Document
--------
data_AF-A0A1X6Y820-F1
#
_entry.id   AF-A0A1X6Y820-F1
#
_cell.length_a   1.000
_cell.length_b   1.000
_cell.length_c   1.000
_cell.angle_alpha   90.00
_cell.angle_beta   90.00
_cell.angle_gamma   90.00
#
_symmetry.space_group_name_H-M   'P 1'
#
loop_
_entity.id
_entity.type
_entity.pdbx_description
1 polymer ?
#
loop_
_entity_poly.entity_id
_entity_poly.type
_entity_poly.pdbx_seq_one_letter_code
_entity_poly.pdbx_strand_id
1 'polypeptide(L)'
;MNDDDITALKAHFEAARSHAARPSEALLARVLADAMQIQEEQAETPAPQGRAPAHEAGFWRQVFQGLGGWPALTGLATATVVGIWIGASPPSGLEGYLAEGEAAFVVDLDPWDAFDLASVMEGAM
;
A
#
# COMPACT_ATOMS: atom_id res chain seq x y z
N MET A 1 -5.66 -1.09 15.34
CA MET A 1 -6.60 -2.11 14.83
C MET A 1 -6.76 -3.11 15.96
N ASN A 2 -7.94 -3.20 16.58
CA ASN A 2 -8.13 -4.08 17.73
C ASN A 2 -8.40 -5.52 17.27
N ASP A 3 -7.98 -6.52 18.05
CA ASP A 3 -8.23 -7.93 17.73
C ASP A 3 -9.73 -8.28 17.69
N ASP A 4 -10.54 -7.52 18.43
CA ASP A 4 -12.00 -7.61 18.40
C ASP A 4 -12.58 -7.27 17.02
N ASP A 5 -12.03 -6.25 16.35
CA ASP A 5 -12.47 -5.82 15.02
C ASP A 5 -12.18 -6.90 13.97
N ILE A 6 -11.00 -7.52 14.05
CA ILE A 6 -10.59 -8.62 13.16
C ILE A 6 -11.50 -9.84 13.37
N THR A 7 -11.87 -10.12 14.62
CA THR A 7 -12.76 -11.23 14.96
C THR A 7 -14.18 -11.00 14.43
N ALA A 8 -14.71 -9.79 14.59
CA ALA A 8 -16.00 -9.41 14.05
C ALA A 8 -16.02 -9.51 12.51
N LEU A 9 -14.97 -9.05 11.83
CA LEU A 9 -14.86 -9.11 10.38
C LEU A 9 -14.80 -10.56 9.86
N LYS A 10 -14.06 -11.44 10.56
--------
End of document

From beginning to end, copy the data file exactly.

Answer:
data_AF-A0A1X6Y820-F1
#
_entry.id   AF-A0A1X6Y820-F1
#
_cell.length_a   1.000
_cell.length_b   1.000
_cell.length_c   1.000
_cell.angle_alpha   90.00
_cell.angle_beta   90.00
_cell.angle_gamma   90.00
#
_symmetry.space_group_name_H-M   'P 1'
#
loop_
_entity.id
_entity.type
_entity.pdbx_description
1 polymer ?
#
loop_
_entity_poly.entity_id
_entity_poly.type
_entity_poly.pdbx_seq_one_letter_code
_entity_poly.pdbx_strand_id
1 'polypeptide(L)'
;MNDDDITALKAHFEAARSHAARPSEALLARVLADAMQIQEEQAETPAPQGRAPAHEAGFWRQVFQGLGGWPALTGLATATVVGIWIGASPPSGLEGYLAEGEAAFVVDLDPWDAFDLASVMEGAM
;
A
#
# COMPACT_ATOMS: atom_id res chain seq x y z
N MET A 1 -5.66 -1.09 15.34
CA MET A 1 -6.60 -2.11 14.83
C MET A 1 -6.76 -3.11 15.96
N ASN A 2 -7.94 -3.20 16.58
CA ASN A 2 -8.13 -4.08 17.73
C ASN A 2 -8.40 -5.52 17.27
N ASP A 3 -7.98 -6.52 18.05
CA ASP A 3 -8.23 -7.93 17.73
C ASP A 3 -9.73 -8.28 17.69
N ASP A 4 -10.54 -7.52 18.43
CA ASP A 4 -12.00 -7.61 18.40
C ASP A 4 -12.58 -7.27 17.02
N ASP A 5 -12.03 -6.25 16.35
CA ASP A 5 -12.47 -5.82 15.02
C ASP A 5 -12.18 -6.90 13.97
N ILE A 6 -11.00 -7.52 14.05
CA ILE A 6 -10.59 -8.62 13.16
C ILE A 6 -11.50 -9.84 13.37
N THR A 7 -11.87 -10.12 14.62
CA THR A 7 -12.76 -11.23 14.96
C THR A 7 -14.18 -11.00 14.43
N ALA A 8 -14.71 -9.79 14.59
CA ALA A 8 -16.00 -9.41 14.05
C ALA A 8 -16.02 -9.51 12.51
N LEU A 9 -14.97 -9.05 11.83
CA LEU A 9 -14.86 -9.11 10.38
C LEU A 9 -14.80 -10.56 9.86
N LYS A 10 -14.06 -11.44 10.56